Solomon Hykes, who as Docker co-founder and chief technical officer laid the groundwork for one of the most quickly adopted enterprise computing technologies ever developed, is leaving the company.
Hykes, 34, was the main force behind Docker’s container platform, which made an interesting but inscrutable part of the Linux operating system accessible to a huge swath of developers. Docker rode interest in containers to a massive amount of venture-capital funding, but it has struggled to turn that technology advantage into dollars nearly a year after veteran enterprise technology executive Steve Singh became Docker’s CEO.
“To take advantage of this opportunity, we need a CTO by Steve’s side with decades of experience shipping and supporting software for the largest corporations in the world. So I now have a new role: to help find that ideal CTO, provide the occasional bit of advice, and get out of the team’s way as they continue to build a juggernaut of a business,” Hykes wrote in a post on Docker’s blog that briefly crashed under the surge of traffic.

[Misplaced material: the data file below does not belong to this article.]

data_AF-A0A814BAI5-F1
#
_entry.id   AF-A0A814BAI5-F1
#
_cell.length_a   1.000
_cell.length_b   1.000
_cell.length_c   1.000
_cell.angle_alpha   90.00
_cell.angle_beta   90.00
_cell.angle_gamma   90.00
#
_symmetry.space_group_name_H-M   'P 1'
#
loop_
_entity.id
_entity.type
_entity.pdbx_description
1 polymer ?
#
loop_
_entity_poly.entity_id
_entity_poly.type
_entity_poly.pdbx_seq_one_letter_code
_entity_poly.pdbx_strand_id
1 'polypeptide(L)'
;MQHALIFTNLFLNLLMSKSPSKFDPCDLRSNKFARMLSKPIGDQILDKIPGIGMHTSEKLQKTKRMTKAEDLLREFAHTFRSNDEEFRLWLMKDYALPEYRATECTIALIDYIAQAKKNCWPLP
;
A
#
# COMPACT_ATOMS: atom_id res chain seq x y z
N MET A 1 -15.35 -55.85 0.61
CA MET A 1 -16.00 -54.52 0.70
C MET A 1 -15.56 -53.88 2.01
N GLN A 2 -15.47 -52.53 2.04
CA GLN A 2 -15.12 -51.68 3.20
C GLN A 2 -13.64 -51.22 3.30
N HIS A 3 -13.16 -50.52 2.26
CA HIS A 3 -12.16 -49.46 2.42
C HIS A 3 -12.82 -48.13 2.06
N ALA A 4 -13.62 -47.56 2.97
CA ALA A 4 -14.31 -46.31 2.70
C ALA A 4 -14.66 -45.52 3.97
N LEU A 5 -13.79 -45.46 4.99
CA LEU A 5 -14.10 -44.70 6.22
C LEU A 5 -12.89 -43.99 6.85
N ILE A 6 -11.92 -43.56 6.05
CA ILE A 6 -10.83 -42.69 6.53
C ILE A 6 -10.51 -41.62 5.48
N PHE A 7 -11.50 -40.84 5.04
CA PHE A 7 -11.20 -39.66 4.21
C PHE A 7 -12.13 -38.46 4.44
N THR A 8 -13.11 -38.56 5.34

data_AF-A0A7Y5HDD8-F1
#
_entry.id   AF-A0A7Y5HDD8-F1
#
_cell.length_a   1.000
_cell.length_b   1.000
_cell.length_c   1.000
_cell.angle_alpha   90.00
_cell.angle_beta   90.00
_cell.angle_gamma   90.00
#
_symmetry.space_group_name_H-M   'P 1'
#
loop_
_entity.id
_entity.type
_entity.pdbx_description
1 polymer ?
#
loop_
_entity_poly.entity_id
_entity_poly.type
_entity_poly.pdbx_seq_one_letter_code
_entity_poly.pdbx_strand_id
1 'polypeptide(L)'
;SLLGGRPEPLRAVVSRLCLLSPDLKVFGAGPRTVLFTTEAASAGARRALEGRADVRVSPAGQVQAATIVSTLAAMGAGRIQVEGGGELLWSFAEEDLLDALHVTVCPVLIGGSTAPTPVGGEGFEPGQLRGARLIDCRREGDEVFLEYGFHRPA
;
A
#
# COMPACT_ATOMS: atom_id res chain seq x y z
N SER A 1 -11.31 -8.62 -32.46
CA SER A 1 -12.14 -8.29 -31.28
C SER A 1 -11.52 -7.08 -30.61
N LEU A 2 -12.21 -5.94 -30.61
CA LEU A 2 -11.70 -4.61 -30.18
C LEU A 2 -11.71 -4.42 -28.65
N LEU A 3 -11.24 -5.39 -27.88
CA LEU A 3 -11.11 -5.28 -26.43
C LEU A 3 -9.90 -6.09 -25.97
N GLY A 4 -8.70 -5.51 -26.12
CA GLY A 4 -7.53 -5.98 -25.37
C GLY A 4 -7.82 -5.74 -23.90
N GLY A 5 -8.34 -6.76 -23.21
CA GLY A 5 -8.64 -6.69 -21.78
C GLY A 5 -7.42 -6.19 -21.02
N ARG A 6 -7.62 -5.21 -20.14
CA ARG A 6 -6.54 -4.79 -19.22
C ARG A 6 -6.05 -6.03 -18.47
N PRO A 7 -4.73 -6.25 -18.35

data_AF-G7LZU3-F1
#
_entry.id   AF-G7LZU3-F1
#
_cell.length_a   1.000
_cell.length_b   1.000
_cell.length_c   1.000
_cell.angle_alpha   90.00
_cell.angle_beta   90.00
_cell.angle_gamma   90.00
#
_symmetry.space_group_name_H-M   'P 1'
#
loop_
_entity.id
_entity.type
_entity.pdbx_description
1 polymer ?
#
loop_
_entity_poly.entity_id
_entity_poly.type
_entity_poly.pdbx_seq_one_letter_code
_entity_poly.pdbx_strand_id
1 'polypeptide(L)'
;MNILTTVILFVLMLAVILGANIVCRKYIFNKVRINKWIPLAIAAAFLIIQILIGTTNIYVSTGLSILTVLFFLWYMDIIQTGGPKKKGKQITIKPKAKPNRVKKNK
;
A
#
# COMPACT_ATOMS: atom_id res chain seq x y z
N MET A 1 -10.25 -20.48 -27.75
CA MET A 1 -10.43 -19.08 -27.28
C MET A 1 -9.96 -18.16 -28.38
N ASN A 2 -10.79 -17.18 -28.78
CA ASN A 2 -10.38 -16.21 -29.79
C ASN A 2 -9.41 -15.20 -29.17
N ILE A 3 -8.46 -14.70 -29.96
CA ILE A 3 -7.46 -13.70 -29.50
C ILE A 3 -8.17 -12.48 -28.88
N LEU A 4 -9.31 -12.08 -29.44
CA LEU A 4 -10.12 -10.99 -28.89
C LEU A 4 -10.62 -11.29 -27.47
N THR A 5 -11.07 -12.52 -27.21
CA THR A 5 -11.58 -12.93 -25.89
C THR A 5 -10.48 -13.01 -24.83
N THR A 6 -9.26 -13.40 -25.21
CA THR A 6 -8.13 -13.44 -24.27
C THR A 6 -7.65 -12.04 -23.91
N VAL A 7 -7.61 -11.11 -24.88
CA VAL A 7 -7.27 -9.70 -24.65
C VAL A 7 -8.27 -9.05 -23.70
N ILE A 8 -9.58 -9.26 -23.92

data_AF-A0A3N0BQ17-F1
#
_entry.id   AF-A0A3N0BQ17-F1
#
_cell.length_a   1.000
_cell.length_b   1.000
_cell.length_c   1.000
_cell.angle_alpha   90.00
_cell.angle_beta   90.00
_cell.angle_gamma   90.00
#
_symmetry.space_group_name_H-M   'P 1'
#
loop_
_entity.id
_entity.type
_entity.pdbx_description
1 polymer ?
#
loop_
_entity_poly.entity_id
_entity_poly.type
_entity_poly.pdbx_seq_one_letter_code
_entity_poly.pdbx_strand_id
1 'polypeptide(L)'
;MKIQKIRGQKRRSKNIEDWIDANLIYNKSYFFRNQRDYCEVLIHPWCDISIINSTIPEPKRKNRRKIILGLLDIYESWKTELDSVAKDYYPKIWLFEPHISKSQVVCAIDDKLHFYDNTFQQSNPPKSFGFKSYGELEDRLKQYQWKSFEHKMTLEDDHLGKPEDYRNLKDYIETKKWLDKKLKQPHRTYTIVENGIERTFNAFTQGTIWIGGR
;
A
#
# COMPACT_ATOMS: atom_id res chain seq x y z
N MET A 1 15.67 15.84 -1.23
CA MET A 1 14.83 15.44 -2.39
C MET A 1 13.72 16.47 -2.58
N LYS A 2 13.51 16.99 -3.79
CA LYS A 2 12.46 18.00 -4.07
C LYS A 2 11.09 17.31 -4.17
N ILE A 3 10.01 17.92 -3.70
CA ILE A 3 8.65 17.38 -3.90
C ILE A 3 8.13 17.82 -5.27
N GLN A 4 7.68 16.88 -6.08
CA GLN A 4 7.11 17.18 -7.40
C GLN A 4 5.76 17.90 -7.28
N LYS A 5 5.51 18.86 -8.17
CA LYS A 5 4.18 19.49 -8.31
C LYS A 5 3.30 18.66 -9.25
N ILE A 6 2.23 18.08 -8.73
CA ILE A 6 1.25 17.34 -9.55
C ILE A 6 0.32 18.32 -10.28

Containers allow software developers and operations administrators to create software that can run across multiple machines or multiple clouds by packaging it into lightweight, well, containers. It’s the next evolution of virtualization technology, but interest in containers has exploded because unlike virtual machines, containers can be launched and shut down very quickly and can move much more easily between different servers.